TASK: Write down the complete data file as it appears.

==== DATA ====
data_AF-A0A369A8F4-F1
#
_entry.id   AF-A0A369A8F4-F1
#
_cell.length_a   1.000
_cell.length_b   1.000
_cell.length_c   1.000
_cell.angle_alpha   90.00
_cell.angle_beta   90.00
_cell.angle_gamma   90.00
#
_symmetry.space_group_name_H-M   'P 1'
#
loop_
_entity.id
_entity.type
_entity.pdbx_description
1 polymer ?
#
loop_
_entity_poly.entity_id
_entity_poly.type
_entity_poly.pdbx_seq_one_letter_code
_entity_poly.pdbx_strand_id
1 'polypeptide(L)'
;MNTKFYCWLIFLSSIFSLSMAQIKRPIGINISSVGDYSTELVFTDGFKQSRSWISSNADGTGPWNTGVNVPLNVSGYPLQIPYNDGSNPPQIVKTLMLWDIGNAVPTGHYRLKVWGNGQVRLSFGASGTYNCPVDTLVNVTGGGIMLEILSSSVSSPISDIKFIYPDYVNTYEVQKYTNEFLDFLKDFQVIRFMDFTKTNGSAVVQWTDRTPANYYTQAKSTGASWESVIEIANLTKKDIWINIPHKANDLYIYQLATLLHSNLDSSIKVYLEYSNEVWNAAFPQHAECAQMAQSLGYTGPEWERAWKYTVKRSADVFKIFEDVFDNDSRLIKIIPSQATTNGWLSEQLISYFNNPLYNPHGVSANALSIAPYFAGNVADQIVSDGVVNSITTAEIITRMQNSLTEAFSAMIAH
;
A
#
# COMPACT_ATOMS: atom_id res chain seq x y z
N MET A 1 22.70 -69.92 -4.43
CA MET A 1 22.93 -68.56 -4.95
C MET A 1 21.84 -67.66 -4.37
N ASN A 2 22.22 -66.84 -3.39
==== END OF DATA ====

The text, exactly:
data_AF-A0A369A8F4-F1
#
_entry.id   AF-A0A369A8F4-F1
#
_cell.length_a   1.000
_cell.length_b   1.000
_cell.length_c   1.000
_cell.angle_alpha   90.00
_cell.angle_beta   90.00
_cell.angle_gamma   90.00
#
_symmetry.space_group_name_H-M   'P 1'
#
loop_
_entity.id
_entity.type
_entity.pdbx_description
1 polymer ?
#
loop_
_entity_poly.entity_id
_entity_poly.type
_entity_poly.pdbx_seq_one_letter_code
_entity_poly.pdbx_strand_id
1 'polypeptide(L)'
;MNTKFYCWLIFLSSIFSLSMAQIKRPIGINISSVGDYSTELVFTDGFKQSRSWISSNADGTGPWNTGVNVPLNVSGYPLQIPYNDGSNPPQIVKTLMLWDIGNAVPTGHYRLKVWGNGQVRLSFGASGTYNCPVDTLVNVTGGGIMLEILSSSVSSPISDIKFIYPDYVNTYEVQKYTNEFLDFLKDFQVIRFMDFTKTNGSAVVQWTDRTPANYYTQAKSTGASWESVIEIANLTKKDIWINIPHKANDLYIYQLATLLHSNLDSSIKVYLEYSNEVWNAAFPQHAECAQMAQSLGYTGPEWERAWKYTVKRSADVFKIFEDVFDNDSRLIKIIPSQATTNGWLSEQLISYFNNPLYNPHGVSANALSIAPYFAGNVADQIVSDGVVNSITTAEIITRMQNSLTEAFSAMIAH
;
A
#
# COMPACT_ATOMS: atom_id res chain seq x y z
N MET A 1 22.70 -69.92 -4.43
CA MET A 1 22.93 -68.56 -4.95
C MET A 1 21.84 -67.66 -4.37
N ASN A 2 22.22 -66.84 -3.39